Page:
Intrabody against prolyl hydroxylase 2 promotes angiogenesis by stabilizing hypoxia-inducible factor-1α

Sci Rep. 2019 Aug 14;9(1):11861. doi: 10.1038/s41598-019-47891-1.


Hypoxia-inducible factor (HIF)-1α is a crucial transcription factor that regulates the expression of target genes involved in angiogenesis. Prolyl hydroxylase 2 (PHD2) dominantly hydroxylates two highly conserved proline residues of HIF-1α to promote its degradation. This study was designed to construct an intrabody against PHD2 that can inhibit PHD2 activity and promote angiogenesis. Single-chain variable fragment (scFv) against PHD2, INP, was isolated by phage display technique and was modified with an endoplasmic reticulum (ER) sequence to obtain ER-retained intrabody against PHD2 (ER-INP). ER-INP was efficiently expressed and bound to PHD2 in cells, significantly increased the levels of HIF-1α, and decreased hydroxylated HIF-1α in human embryonic kidney cell line (HEK293) cells and mouse mononuclear macrophage leukaemia cell line (RAW264.7) cells. ER-INP has shown distinct angiogenic activity both in vitro and in vivo, as ER-INP expression significantly promoted the migration and tube formation of human umbilical vein endothelial cells (HUVECs) and enhanced angiogenesis of chick chorioallantoic membranes (CAMs). Furthermore, ER-INP promoted distinct expression and secretion of a range of angiogenic factors. To the best of our knowledge, this is the first study to report an ER-INP intrabody enhancing angiogenesis by blocking PHD2 activity to increase HIF-1α abundance and activity. These results indicate that ER-INP may play a role in the clinical treatment of tissue injury and ischemic diseases in the future.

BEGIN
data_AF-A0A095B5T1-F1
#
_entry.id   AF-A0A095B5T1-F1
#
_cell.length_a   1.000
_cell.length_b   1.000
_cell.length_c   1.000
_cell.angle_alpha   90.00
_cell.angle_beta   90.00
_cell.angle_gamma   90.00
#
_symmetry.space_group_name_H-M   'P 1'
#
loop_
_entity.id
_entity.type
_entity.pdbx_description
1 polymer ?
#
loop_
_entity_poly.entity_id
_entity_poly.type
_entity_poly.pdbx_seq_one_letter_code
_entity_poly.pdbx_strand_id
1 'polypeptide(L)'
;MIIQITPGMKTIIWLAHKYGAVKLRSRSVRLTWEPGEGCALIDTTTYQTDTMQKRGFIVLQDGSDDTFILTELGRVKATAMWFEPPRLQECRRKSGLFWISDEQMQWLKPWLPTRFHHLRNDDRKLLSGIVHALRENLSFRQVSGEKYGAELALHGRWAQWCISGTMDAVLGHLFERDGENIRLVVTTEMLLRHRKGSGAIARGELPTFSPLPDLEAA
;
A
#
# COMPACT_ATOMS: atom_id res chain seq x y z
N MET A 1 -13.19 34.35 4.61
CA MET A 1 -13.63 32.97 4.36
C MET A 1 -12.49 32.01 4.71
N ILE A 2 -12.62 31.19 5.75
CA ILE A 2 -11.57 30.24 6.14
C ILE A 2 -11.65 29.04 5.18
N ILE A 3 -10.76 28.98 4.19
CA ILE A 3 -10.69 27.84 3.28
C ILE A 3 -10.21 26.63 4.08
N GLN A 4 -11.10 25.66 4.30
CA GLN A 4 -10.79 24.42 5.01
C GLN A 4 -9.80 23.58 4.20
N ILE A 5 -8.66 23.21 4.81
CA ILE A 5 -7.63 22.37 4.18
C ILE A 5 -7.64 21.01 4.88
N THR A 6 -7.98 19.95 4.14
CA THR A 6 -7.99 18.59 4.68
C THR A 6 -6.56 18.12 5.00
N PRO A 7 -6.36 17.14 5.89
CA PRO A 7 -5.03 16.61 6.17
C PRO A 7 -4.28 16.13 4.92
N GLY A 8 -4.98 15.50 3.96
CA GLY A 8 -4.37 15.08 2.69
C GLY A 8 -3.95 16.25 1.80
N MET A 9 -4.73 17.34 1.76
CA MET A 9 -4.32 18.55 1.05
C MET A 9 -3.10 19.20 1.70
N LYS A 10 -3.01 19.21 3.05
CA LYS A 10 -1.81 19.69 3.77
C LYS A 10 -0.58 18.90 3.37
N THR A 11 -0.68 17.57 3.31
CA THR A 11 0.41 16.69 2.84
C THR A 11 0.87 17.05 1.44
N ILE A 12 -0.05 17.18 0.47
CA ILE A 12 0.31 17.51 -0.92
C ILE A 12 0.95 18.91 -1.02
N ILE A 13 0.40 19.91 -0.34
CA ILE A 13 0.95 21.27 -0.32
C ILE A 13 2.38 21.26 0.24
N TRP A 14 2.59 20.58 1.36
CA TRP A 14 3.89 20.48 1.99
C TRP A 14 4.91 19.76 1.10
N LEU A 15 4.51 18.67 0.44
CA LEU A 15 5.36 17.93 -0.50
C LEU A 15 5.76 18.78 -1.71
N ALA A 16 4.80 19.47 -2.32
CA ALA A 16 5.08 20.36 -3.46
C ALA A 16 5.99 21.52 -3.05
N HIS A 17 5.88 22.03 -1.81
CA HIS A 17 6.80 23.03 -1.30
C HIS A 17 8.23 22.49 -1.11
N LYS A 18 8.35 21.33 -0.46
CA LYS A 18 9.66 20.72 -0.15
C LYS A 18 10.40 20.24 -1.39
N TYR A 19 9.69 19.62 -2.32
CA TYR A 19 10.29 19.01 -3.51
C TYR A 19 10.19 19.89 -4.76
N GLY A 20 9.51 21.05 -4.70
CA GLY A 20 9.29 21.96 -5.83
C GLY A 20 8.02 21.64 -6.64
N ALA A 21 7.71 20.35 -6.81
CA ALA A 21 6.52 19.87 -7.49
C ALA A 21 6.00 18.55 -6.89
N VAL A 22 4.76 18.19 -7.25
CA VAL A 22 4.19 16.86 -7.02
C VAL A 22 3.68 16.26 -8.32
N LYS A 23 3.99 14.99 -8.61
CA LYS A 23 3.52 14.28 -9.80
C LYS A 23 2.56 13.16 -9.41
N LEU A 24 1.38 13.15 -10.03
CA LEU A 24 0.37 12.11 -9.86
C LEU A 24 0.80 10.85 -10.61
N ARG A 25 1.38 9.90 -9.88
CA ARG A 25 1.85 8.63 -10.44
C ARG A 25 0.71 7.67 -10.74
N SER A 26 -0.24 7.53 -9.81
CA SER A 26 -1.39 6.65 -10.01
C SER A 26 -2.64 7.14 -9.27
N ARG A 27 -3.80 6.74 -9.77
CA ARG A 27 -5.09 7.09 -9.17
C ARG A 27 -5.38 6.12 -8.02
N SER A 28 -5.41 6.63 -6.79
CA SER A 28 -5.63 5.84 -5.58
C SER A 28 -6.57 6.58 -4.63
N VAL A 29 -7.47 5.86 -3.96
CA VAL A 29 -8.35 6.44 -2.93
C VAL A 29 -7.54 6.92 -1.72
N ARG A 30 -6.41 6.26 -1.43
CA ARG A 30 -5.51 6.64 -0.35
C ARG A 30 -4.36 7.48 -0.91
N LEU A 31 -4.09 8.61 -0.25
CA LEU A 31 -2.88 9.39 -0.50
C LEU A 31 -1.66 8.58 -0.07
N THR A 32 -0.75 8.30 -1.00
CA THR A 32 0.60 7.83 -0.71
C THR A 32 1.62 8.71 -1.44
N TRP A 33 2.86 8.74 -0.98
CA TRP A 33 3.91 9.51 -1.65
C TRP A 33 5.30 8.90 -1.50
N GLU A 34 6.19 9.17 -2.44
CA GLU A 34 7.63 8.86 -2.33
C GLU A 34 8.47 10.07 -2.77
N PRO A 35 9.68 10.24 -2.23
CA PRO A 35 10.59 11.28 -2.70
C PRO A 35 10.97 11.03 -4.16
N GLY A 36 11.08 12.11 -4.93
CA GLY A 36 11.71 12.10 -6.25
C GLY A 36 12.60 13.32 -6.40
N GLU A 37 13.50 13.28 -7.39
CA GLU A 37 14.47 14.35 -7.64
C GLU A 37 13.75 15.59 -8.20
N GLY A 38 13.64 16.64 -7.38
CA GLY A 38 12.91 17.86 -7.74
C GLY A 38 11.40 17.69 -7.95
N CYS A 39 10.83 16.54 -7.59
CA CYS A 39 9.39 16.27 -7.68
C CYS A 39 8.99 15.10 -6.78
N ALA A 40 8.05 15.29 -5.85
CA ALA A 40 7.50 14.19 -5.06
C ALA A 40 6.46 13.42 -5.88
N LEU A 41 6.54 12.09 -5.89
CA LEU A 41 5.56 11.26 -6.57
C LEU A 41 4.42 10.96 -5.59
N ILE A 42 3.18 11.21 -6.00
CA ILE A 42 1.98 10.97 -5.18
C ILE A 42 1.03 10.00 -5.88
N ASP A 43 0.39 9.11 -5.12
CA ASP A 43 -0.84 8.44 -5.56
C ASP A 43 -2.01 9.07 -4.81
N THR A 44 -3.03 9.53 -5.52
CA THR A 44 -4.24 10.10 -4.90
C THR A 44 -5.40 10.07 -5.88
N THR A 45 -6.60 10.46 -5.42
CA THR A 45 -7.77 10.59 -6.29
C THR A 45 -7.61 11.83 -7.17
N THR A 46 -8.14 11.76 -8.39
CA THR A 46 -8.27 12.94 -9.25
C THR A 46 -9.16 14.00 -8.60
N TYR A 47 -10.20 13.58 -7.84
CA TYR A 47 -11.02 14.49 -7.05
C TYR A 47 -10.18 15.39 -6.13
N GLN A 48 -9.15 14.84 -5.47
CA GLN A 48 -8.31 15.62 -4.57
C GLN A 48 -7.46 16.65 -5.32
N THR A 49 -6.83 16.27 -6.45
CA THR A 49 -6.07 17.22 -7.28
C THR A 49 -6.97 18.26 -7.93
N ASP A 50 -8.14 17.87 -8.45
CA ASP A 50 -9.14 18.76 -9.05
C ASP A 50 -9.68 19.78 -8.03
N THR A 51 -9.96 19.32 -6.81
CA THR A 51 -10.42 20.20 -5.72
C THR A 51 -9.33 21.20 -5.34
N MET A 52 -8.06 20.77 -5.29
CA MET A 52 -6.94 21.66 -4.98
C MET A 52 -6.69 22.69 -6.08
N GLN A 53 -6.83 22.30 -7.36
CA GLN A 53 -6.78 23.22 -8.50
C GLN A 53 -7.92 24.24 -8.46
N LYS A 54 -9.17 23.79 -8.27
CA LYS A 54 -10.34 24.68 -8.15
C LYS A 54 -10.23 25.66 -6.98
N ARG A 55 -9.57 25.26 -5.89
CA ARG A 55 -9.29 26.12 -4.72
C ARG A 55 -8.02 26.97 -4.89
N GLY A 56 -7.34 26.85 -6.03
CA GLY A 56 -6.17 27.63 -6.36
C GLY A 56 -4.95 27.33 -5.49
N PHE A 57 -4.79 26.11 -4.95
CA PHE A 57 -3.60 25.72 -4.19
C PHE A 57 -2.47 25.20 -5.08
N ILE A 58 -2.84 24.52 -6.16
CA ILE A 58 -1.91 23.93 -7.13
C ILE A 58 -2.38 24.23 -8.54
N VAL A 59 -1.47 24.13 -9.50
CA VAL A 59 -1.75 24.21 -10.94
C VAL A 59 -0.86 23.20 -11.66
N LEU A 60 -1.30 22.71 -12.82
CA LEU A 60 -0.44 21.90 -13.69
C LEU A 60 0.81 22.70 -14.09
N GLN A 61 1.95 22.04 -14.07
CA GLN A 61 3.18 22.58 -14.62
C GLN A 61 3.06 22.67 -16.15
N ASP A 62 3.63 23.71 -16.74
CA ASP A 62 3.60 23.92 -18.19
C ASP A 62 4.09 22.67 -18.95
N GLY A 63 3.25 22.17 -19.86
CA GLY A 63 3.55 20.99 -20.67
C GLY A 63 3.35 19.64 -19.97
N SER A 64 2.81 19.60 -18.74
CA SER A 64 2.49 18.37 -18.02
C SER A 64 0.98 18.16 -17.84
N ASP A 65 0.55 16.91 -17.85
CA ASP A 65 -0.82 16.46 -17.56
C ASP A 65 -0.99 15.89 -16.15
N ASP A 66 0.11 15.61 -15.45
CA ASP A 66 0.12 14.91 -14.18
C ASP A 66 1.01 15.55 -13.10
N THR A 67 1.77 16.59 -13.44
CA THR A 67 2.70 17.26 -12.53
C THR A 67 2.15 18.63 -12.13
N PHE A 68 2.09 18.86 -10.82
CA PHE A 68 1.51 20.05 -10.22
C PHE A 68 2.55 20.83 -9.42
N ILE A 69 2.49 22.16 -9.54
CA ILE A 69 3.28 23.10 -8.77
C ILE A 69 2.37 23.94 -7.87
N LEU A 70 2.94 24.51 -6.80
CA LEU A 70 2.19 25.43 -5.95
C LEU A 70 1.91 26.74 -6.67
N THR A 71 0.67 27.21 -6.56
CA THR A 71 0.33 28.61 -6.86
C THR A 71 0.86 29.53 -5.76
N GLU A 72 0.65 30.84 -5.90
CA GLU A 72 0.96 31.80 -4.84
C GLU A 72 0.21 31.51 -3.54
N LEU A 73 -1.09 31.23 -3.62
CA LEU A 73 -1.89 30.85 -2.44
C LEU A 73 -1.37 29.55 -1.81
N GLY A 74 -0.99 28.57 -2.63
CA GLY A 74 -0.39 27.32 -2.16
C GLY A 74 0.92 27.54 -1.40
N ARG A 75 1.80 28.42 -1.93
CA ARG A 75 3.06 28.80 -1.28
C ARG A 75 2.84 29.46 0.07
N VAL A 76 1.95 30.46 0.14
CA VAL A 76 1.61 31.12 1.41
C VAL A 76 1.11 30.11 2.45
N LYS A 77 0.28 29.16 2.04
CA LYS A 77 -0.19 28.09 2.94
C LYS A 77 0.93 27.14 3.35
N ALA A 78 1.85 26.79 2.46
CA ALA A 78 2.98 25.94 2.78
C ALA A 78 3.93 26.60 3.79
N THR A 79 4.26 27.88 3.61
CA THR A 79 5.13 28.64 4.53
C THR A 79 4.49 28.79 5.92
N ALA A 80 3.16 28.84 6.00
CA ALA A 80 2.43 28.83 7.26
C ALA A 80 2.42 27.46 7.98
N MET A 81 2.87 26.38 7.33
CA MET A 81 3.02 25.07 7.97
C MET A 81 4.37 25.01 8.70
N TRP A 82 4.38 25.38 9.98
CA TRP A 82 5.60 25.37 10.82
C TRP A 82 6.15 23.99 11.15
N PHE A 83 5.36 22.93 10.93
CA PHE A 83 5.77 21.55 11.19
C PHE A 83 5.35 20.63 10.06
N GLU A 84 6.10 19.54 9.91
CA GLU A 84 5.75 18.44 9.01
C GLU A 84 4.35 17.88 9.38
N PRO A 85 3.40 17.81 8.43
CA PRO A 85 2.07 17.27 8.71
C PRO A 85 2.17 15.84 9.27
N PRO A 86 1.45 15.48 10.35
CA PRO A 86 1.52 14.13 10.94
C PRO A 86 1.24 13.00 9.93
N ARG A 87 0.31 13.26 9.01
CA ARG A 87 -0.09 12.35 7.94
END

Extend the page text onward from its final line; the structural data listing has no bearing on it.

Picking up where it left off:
Publication types

  • Research Support, Non-U.S. Gov't

MeSH terms

  • Animals
  • Cell Line
  • Cell Movement
  • Chickens
  • Chorioallantoic Membrane / metabolism
  • Human Umbilical Vein Endothelial Cells / metabolism
  • Humans
  • Hypoxia-Inducible Factor 1, alpha Subunit / metabolism*
  • Mice
  • Neovascularization, Physiologic*
  • Prolyl Hydroxylases / metabolism*
  • Protein Stability
  • Up-Regulation


  • Hypoxia-Inducible Factor 1, alpha Subunit
  • Prolyl Hydroxylases